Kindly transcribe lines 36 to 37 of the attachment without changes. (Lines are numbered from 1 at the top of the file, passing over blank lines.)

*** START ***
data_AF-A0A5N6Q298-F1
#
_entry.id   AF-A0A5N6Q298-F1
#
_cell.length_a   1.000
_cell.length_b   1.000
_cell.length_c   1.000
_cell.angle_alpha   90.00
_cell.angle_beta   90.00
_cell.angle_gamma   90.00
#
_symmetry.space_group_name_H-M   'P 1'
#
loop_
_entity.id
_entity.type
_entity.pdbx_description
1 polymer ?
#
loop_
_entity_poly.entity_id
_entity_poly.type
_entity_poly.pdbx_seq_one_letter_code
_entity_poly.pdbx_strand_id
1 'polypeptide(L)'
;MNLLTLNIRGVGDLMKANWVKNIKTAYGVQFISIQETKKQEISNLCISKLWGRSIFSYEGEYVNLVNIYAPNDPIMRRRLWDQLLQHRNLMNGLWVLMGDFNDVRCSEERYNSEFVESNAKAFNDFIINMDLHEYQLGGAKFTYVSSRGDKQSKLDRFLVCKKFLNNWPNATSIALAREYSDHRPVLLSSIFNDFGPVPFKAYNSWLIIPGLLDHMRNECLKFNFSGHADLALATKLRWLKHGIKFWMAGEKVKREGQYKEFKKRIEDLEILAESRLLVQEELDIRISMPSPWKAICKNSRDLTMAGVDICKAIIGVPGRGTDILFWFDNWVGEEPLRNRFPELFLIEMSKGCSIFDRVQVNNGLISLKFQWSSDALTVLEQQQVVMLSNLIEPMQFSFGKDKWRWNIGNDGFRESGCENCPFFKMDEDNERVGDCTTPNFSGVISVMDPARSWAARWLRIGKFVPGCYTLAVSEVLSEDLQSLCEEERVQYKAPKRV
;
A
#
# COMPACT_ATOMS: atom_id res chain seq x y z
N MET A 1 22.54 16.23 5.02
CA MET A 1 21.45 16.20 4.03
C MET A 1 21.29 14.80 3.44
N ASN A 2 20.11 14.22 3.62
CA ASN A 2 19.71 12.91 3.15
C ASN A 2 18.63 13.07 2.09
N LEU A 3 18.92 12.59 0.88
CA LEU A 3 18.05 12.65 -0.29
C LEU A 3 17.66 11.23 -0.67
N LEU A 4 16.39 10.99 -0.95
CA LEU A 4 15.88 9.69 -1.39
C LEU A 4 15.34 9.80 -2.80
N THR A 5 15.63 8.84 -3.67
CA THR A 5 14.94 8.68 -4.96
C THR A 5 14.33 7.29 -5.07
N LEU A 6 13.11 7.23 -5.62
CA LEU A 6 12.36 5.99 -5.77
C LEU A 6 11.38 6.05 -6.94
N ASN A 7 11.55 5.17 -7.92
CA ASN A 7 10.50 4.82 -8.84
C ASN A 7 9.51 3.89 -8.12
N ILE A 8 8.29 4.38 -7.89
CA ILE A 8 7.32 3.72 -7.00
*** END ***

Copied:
C ASN A 2 18.63 13.07 2.09
N LEU A 3 18.92 12.59 0.88